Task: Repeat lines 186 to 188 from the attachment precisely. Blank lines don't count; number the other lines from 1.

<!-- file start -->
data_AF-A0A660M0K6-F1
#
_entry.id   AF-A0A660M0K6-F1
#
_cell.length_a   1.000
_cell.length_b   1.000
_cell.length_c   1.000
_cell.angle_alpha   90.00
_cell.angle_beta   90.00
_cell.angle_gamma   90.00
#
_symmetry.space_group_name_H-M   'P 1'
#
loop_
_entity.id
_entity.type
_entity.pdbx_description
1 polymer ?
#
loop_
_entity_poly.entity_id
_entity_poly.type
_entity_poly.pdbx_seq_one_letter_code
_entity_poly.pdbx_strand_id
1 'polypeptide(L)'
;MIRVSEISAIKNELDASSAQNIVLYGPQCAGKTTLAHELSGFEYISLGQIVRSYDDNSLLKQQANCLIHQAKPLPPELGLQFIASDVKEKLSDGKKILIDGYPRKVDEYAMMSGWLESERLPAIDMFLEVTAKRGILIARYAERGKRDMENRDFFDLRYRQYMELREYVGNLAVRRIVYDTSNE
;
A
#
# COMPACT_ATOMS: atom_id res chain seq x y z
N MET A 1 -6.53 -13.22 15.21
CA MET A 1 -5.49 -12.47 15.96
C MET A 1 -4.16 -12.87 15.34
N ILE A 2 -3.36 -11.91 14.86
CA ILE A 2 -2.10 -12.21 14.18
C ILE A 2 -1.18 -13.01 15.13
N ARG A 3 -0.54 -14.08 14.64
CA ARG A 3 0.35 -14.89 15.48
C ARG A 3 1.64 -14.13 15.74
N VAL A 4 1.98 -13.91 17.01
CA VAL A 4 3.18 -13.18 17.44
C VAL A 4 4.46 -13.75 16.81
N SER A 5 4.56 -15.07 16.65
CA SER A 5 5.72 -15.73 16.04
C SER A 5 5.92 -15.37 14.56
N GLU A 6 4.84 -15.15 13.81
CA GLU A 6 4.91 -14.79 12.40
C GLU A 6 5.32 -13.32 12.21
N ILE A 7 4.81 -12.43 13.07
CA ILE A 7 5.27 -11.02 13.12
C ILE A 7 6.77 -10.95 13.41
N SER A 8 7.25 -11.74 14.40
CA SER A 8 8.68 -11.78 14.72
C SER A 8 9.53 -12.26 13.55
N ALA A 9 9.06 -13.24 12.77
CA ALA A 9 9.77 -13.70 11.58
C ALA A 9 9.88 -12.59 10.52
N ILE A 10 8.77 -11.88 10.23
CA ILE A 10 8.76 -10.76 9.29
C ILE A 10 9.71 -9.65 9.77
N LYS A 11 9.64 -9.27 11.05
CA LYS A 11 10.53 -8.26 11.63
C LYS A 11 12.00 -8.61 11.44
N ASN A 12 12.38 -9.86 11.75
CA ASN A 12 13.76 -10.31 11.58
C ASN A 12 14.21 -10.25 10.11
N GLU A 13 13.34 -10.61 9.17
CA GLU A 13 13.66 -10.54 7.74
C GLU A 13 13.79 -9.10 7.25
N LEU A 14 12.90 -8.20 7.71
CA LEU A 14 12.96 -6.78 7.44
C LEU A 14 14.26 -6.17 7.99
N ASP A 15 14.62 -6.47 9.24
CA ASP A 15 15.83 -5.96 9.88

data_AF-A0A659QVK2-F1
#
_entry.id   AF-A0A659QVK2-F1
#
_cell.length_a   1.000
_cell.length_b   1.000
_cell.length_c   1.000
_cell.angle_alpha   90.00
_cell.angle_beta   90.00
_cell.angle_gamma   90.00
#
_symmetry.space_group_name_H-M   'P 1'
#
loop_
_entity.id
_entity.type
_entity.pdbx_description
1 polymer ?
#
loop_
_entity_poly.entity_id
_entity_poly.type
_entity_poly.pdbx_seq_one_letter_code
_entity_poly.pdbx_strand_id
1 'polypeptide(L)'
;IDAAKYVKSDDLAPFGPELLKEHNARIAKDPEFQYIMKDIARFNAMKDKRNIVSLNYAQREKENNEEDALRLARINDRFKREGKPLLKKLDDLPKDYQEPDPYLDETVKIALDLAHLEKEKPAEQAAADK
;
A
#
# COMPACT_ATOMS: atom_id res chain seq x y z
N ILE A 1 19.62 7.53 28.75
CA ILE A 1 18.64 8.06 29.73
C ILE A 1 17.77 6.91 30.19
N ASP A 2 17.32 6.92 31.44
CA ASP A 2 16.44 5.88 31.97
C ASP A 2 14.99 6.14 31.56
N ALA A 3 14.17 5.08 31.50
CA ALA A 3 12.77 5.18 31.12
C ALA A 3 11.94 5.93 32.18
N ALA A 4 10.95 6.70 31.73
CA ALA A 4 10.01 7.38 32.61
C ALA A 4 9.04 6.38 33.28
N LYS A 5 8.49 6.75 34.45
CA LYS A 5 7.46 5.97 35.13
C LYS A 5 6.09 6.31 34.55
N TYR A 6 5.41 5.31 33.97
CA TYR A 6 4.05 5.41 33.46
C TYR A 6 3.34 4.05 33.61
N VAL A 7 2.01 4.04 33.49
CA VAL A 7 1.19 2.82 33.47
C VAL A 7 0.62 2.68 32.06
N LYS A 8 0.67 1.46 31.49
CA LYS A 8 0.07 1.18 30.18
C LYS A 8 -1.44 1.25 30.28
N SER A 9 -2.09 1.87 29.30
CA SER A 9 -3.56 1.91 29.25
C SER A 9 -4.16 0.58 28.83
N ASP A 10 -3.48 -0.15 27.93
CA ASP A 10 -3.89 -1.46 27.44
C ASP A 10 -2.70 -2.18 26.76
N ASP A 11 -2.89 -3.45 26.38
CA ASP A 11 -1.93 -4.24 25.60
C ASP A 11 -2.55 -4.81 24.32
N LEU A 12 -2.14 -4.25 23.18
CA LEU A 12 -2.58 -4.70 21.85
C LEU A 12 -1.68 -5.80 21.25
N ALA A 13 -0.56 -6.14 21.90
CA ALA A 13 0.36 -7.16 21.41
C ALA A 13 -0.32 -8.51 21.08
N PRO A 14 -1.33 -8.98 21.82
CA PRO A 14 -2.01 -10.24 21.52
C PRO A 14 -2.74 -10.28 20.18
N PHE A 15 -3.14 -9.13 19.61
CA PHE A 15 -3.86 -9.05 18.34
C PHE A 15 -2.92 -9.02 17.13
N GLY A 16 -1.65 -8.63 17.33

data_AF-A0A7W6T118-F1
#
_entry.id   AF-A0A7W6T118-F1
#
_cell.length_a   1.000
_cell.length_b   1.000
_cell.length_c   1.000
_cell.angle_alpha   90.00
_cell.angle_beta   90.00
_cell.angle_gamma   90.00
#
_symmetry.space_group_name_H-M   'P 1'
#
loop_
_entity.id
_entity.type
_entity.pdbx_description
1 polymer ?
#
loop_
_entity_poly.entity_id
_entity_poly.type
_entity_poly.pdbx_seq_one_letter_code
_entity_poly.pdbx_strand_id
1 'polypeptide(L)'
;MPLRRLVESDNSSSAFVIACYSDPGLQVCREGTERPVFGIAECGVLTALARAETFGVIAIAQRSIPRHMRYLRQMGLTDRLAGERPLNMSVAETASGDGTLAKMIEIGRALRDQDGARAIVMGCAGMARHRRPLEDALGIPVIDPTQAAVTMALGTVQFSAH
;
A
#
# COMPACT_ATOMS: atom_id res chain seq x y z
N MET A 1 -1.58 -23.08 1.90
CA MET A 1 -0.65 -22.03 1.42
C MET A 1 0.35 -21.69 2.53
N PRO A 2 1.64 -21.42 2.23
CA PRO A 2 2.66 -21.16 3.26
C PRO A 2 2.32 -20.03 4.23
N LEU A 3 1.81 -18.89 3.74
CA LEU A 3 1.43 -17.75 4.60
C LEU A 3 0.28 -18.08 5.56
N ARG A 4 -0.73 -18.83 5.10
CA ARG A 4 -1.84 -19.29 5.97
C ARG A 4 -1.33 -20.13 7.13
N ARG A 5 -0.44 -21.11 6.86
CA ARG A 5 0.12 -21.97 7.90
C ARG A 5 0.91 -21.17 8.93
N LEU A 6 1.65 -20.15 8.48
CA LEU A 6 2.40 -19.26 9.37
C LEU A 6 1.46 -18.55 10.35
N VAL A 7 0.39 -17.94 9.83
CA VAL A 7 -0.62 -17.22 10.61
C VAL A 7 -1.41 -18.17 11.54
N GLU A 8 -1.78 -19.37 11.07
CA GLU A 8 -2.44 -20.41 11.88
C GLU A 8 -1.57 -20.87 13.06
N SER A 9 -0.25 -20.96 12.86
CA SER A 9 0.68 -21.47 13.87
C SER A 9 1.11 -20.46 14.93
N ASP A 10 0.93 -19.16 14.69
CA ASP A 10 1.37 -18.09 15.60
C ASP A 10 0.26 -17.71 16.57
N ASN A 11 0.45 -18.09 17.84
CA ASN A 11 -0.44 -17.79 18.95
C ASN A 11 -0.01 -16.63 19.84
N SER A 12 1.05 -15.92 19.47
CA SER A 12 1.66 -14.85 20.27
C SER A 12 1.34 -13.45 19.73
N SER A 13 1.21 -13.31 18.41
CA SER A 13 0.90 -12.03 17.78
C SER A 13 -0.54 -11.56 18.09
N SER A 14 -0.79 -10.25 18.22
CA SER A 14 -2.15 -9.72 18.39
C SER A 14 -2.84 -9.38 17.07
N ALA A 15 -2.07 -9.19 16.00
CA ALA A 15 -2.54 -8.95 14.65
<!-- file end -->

C PRO A 2 2.32 -20.03 4.23
N LEU A 3 1.81 -18.89 3.74
CA LEU A 3 1.43 -17.75 4.60